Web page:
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MOX nuclear fuel plant in South Carolina “on life support”, following court case

Plans for jobs-rich but potentially deadly nuclear fuel plant on life support in SC

Sammy Fretwell, The State  Oct. 10, 2018 The federal government won a court victory Tuesday that could lead to the shutdown of a nuclear construction project that is billions of dollars over-budget and years from completion at the Savannah River Site near Aiken.

In an afternoon ruling, the U.S. Fourth Circuit Court of Appeals overturned a lower court ruling that had halted the U.S. Department of Energy’s effort to quit building the mixed oxide fuel factory after a decade of construction. The ruling Tuesday sets aside a June 7 preliminary injunction that had stopped government plans to halt construction.

The decision was a blow to advocates of the plant in South Carolina. Key politicians have pushed to keep building the project — known as MOX — because it will be a jobs provider and a way to get rid of surplus plutonium at the Savannah River Site weapons complex near Aiken. At one point, as many as 2,000 jobs were touted for the project.

S.C. Attorney General Alan Wilson, who sued to force the government to keep building the plant, wasn’t happy with the ruling Tuesday. Wilson says failing to build the plant would mean plutonium, a deadly nuclear material, would be left in South Carolina.

While the ruling Tuesday lifts the injunction, Wilson’s lawsuit has not been decided.

“I’m disappointed in the Fourth Circuit panel’s decision,’’ Wilson said in a statement. “It is inconsistent with governing law and foreshadows the court’s opinion in the case. The state intends to vigorously contest the opinion when it is issued to protect the State’s interests and prevent the Department of Energy from turning the State into the dumping ground for plutonium.’’

Opponents of the plant, which is at least $12 billion over budget, said the court’s decision Tuesday could be the beginning of the end of the project. They say it is a waste of taxpayer money and is a dangerous way to get rid of surplus bomb-grade plutonium when other means are available.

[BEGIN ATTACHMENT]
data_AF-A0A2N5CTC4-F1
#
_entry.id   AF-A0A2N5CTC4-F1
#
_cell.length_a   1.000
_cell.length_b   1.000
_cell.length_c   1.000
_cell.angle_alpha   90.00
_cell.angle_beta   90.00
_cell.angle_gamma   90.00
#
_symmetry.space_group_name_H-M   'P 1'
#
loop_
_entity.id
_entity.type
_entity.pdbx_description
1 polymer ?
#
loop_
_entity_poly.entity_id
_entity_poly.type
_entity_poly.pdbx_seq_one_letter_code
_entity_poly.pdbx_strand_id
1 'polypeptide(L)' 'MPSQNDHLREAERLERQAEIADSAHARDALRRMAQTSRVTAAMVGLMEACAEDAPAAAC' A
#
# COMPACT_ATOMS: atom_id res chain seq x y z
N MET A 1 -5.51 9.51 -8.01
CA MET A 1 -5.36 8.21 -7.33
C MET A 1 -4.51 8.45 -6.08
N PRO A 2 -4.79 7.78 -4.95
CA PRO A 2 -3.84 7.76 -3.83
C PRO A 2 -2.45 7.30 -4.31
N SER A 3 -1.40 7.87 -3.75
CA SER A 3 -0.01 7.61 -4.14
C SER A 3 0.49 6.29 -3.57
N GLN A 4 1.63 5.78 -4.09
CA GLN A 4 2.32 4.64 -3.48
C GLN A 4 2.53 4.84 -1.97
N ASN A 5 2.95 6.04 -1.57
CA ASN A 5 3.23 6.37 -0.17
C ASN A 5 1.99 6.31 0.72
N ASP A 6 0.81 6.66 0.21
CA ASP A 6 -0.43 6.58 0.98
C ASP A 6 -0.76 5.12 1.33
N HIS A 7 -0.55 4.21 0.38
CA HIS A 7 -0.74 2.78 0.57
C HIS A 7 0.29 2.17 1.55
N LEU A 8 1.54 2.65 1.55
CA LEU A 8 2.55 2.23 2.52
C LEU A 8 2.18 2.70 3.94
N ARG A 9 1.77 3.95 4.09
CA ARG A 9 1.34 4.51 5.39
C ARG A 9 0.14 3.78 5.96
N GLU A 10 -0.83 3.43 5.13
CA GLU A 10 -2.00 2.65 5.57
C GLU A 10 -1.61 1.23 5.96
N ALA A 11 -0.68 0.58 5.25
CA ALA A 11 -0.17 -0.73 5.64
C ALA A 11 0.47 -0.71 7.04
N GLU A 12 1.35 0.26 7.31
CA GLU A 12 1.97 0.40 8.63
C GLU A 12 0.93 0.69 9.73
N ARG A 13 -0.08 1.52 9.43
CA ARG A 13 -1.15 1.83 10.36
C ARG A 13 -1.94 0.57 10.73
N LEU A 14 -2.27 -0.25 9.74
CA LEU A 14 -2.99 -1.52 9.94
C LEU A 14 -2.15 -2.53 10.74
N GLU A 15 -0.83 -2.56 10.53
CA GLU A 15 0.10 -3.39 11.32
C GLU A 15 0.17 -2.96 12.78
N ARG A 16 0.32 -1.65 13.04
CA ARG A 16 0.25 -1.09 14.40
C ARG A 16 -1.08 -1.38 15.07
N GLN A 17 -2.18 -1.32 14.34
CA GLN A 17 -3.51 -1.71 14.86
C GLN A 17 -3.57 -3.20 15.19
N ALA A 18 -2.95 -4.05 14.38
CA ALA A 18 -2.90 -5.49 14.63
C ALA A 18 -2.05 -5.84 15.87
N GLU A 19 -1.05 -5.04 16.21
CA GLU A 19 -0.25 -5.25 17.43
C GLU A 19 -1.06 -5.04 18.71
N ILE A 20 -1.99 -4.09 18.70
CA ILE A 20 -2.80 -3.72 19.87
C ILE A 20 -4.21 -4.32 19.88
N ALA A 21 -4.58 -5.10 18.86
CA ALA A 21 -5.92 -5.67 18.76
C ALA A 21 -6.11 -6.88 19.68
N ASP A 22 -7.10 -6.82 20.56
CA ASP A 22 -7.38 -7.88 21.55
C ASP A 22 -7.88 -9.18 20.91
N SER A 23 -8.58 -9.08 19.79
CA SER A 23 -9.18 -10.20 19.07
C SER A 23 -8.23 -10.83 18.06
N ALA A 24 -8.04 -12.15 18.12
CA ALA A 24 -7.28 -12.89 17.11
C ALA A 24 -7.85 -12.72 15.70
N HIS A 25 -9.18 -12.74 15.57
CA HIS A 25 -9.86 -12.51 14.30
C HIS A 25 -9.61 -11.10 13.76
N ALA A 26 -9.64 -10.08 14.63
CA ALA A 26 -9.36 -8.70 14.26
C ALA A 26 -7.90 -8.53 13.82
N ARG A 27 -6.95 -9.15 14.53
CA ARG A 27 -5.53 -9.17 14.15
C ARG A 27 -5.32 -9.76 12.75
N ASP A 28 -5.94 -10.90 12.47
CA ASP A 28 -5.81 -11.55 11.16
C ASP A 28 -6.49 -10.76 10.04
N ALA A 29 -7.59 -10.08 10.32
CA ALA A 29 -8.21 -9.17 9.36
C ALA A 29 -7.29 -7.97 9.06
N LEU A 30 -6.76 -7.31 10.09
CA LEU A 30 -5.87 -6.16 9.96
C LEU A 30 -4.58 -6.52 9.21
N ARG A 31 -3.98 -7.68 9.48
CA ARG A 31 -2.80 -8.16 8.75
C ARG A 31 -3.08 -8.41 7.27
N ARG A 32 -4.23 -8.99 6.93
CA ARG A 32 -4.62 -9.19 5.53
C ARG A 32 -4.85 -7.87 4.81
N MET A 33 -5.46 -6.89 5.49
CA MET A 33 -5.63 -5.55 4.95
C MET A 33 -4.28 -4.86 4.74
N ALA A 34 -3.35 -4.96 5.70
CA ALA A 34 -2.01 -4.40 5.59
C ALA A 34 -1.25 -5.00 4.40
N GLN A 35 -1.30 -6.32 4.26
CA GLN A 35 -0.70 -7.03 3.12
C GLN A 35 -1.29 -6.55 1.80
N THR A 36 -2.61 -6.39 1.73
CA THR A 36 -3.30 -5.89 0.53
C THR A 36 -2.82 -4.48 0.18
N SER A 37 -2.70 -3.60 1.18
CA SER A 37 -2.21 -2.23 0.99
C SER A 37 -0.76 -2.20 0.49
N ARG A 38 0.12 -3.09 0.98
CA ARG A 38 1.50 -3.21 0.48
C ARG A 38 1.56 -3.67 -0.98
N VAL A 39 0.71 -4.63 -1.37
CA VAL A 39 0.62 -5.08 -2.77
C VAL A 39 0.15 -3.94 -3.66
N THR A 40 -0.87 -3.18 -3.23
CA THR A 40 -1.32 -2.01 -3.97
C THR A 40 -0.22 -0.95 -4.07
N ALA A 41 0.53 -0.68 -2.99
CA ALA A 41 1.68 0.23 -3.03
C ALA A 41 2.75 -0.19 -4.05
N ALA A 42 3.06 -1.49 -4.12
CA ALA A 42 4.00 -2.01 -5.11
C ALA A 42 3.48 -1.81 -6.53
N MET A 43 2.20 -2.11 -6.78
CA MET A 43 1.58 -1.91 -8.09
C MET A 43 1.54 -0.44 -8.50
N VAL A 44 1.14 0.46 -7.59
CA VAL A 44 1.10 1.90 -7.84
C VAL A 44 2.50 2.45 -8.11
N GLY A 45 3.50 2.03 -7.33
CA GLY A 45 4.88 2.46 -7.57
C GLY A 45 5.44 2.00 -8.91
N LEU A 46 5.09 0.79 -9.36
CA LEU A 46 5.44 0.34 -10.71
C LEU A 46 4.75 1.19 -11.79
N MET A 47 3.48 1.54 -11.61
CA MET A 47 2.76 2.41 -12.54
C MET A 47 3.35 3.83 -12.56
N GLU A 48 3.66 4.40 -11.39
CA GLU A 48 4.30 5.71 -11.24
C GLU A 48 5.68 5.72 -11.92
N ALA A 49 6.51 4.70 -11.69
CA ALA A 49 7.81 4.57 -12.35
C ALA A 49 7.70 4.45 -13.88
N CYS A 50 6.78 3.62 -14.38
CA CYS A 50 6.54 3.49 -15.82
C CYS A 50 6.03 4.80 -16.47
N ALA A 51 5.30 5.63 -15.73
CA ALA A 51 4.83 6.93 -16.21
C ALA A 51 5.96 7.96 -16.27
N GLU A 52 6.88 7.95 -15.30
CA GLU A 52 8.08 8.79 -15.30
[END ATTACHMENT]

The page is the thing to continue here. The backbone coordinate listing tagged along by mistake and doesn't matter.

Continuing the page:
The DOE, after years of pumping up the plant, now says it isn’t worth continuing. The project has been beset with delays and questionable workmanship.

“This is going to allow (the DOE) to start back up with termination,’’ said one of the project’s harshest critics, Tom Clements, who heads Savannah River Site Watch.

The Union of Concerned Scientists, a national environmental group that opposes MOX, issued a late afternoon statement praising the court’s decision.

Critics say a plutonium fuel factory isn’t necessary because there are other ways of disposing of excess weapons grade plutonium. The government has more recently proposed shipping much of the excess plutonium at SRS to a site in New Mexico.

“Using this type of facility to dispose of plutonium that is no longer needed for U.S. nuclear weapons increases the risk that this material could fall into the hands of terrorists,” according to an email from Edwin Lyman, a senior scientist with the Global Security Program at the Union of Concerned Scientists. “Although the order is only a temporary stay, it indicates that the court will likely rule against the South Carolina in favor of the DOE’s plan to terminate the MOX project and pursue a far superior alternative.”

October 11, 2018 - Posted by | Legal, technology

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